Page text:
Architecture

Speaking with Tom Dixon

March 1, 2016

Internationally renowned British designer, Tom Dixon, has recently designed Interchange (interchange.io), a purpose-built co-working space in Camden, London – three shiny glass and metal buildings and over 7803 square metres (84,000 square feet) of co-working and office space to rent.

Photography: Lewis Khan

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Internationally renowned British designer, Tom Dixon, has recently designed Interchange (interchange.io), a purpose-built co-working space in Camden, London – three shiny glass and metal buildings and over 7803 square metres (84,000 square feet) of co-working and office space to rent. Facilities include a restaurant, lounge, seven event spaces, members’ gym, hot desks, private offices, breakout areas, high-tech meeting rooms, stocked kitchens, ultra-fast Wi- Fi and technical support.

Tom Dixon:

Shoreditch House was where we really learned about the evolution of work. Initially, it was a members’ club with Wi-Fi technology, and very quickly turned into a much more affordable office for people with vastly better coffee than they’d ever get in a formal office. The result was that more people were buying memberships to work in a club environment rather than an office.

The key is the change in tools for the trade. No longer do you need filing cabinets or fixed line phones. This has completely revolutionised the way we work. Most people work just from mobile phones now. There was this idea that people would have home offices by this point, but they do need to congregate, they need to look each other in the eye still, and so making social spaces that work effectively from a social perspective is very good for productivity. But it’s difficult to get the balance right. You don’t want people to be over-relaxed and just be on Facebook. And you want enough privacy for hiring and firing, for financial discussions, meeting rooms. You’re really after comfort: people don’t want to separate their domestic and entertainment life from their work life.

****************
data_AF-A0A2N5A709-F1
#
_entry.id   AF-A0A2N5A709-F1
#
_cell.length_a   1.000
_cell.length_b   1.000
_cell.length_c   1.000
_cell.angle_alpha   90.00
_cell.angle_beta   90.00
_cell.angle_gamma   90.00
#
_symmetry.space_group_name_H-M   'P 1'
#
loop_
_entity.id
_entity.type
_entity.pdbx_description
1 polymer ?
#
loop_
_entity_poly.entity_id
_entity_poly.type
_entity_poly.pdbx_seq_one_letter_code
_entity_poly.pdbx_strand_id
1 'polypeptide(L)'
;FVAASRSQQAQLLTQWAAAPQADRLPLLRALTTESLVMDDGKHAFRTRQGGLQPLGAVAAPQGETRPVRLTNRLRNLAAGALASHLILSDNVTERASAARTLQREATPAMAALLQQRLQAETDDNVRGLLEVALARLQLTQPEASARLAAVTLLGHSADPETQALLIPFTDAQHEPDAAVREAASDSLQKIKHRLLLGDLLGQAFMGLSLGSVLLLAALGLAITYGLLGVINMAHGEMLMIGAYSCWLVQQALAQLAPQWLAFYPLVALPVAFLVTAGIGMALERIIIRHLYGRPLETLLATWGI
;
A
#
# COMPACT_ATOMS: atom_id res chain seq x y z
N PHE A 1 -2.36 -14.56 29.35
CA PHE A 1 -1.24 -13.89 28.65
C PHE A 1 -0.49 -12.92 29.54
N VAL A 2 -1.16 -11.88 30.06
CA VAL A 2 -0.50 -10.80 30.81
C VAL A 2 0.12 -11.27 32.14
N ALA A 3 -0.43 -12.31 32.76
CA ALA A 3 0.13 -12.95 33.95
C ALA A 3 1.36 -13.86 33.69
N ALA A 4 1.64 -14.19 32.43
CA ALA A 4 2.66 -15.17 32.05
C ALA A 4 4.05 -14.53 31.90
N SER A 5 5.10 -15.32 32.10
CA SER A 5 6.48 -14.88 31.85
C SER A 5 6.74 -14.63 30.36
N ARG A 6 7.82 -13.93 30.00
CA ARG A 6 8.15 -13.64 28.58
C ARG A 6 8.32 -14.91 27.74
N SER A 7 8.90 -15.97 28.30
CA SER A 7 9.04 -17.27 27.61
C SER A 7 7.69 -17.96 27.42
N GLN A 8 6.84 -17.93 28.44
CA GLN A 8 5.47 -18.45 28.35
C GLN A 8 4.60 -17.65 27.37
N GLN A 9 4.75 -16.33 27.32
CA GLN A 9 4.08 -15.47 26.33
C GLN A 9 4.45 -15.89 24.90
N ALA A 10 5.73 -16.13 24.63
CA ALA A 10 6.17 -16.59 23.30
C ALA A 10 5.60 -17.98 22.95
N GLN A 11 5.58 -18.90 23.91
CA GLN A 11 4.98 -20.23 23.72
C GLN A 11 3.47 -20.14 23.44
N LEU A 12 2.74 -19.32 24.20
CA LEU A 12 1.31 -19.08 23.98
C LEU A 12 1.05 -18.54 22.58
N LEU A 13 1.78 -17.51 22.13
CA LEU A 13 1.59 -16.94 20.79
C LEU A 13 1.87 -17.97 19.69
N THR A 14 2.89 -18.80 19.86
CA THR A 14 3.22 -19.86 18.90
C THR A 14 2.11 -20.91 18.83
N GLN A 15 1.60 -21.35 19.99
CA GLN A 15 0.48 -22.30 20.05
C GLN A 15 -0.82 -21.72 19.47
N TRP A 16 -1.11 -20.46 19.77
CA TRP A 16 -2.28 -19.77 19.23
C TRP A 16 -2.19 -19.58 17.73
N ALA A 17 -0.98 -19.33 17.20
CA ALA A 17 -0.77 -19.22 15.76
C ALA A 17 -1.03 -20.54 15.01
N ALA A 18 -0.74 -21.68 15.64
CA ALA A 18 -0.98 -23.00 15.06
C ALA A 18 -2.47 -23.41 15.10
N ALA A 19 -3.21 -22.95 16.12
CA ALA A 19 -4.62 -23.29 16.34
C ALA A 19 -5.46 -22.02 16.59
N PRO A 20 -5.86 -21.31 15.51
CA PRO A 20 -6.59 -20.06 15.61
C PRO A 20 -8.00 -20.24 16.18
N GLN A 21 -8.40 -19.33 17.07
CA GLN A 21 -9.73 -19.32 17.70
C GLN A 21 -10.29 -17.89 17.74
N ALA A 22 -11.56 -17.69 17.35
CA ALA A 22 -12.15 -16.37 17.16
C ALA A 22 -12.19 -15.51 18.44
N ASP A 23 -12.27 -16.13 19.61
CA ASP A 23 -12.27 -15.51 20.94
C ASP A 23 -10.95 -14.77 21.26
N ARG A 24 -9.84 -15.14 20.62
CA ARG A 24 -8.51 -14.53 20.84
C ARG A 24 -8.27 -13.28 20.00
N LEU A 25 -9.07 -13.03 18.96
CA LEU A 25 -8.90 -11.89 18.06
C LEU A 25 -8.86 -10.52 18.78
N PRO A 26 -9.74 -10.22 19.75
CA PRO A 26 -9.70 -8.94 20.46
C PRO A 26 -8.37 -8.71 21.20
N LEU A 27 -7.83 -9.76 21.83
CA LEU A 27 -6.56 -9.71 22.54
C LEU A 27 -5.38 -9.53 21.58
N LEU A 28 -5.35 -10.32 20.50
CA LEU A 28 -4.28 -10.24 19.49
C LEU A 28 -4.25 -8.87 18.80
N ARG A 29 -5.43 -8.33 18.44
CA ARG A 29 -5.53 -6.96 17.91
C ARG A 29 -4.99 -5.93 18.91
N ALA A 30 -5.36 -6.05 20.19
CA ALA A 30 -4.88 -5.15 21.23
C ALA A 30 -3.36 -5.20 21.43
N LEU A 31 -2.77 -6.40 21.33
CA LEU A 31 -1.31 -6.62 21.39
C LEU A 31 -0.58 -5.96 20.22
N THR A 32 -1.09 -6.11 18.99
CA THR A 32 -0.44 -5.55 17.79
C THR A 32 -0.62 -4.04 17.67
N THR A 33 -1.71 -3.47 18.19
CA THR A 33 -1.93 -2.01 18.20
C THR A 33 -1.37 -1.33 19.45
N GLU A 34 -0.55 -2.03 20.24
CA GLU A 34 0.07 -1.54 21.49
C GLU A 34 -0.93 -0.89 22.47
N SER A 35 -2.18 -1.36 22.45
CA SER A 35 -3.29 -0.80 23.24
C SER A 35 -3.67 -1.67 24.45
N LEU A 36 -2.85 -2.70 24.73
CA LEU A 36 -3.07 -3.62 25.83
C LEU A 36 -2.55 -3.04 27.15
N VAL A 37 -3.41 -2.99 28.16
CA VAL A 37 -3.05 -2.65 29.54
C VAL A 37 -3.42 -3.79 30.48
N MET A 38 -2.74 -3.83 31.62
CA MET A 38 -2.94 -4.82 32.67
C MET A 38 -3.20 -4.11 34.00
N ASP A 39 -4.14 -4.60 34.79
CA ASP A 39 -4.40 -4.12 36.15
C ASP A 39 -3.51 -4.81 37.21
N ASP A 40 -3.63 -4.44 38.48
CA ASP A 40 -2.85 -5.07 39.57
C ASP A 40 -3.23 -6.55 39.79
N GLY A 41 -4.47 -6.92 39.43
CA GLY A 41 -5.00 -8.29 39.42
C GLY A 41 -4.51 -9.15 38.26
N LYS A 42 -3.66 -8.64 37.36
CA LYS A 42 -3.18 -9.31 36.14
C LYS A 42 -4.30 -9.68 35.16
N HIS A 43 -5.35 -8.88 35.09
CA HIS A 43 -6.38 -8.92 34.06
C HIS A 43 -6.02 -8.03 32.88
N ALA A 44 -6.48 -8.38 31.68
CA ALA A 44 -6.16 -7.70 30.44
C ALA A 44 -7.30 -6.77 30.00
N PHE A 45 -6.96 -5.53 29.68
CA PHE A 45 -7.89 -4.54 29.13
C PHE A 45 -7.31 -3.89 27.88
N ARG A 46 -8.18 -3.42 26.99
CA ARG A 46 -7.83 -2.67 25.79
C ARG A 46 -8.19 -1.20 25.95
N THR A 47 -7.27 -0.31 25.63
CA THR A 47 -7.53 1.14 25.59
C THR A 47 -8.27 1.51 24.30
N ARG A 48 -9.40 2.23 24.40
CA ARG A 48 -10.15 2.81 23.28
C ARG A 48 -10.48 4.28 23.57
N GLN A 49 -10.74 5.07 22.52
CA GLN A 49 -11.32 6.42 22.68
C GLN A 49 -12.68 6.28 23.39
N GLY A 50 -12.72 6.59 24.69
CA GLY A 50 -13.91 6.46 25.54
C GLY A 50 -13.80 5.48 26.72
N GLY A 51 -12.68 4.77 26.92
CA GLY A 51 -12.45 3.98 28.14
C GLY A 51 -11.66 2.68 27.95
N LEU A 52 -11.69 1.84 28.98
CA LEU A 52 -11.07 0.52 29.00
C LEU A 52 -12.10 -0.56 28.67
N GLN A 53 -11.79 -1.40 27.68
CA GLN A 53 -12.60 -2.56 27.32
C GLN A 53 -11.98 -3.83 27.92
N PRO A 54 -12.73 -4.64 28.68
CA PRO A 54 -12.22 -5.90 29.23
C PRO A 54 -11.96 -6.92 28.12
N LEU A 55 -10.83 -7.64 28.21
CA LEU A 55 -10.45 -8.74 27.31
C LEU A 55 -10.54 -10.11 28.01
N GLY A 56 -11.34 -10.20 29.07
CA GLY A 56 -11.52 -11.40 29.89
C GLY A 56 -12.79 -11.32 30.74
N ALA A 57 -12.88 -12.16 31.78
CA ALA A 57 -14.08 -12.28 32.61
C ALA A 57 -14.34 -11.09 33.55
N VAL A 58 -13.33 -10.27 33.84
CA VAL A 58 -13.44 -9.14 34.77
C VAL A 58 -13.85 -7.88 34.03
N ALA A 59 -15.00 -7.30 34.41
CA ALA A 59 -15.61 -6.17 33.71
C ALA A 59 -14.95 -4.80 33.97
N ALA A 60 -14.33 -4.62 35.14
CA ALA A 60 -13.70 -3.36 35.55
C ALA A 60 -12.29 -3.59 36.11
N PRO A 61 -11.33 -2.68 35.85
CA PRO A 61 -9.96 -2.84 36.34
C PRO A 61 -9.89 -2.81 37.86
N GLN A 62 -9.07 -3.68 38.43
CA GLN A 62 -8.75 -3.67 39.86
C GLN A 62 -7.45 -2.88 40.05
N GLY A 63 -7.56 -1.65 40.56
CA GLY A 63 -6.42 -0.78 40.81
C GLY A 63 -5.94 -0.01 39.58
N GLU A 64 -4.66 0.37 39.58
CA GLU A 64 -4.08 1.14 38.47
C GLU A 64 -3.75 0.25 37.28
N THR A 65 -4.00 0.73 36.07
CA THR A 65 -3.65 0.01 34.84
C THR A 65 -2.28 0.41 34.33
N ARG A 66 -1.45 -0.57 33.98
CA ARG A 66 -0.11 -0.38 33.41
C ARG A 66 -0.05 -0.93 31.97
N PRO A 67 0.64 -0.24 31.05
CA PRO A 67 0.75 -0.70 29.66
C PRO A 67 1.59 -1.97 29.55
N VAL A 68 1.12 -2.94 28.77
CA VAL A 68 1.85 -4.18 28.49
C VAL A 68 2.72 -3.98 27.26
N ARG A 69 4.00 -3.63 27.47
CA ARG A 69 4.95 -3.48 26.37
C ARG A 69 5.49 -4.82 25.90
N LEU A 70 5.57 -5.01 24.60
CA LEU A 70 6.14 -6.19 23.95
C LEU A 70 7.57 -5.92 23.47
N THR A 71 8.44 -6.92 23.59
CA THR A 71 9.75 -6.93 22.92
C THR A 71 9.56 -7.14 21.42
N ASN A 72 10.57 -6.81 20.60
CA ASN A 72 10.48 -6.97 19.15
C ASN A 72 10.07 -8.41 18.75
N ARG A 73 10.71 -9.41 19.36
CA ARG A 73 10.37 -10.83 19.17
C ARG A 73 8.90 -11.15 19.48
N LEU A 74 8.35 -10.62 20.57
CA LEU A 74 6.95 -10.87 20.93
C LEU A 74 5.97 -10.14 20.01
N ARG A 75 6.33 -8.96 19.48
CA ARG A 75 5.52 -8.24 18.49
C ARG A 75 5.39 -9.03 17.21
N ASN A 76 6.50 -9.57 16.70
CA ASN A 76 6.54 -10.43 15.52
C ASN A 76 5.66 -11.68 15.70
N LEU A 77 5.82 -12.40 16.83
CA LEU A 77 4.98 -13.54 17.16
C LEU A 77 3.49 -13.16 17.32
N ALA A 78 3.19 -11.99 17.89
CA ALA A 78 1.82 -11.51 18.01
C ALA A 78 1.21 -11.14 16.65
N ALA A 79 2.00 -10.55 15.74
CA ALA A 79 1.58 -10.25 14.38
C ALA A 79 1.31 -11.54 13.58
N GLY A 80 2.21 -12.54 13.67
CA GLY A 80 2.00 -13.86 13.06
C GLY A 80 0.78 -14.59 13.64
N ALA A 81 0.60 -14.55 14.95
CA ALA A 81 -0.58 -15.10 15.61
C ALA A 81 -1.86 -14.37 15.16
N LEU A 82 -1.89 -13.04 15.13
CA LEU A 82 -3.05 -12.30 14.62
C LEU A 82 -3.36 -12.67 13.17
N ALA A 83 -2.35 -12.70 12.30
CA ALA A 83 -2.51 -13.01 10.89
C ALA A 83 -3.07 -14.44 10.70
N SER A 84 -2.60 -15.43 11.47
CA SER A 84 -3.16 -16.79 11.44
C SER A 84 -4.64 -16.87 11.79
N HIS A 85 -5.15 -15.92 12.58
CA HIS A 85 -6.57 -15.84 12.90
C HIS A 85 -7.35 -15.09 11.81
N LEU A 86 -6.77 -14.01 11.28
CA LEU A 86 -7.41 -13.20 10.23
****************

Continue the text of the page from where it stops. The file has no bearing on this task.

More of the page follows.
With so much glass, concrete and hardness, it needed a bit more texture, wood, softness and textiles. Lamps give it a more organic feeling, and make it warmer, as does upholstery. And there are glazed London bricks on the walls. Plus there’s a kind of sci-fi reception desk and objects made for flexibility, which come from my experience in restaurants. So you can easily make chairs into coffee tables, for example.

It’s the idea of creating a club rather than a conventional office space, with access to big rooms, semi-privacy and entertaining clients. If you get it right, people really want to come into work, bring families in at the weekend and be proud of the space. And the extraordinary view allows people to enjoy work.

This article is an excerpt from the Architecture and Design Forecast 2016. To find out more, visit future.australiandesignreview.com

Click here to purchase your exclusive copy of the Forecast.

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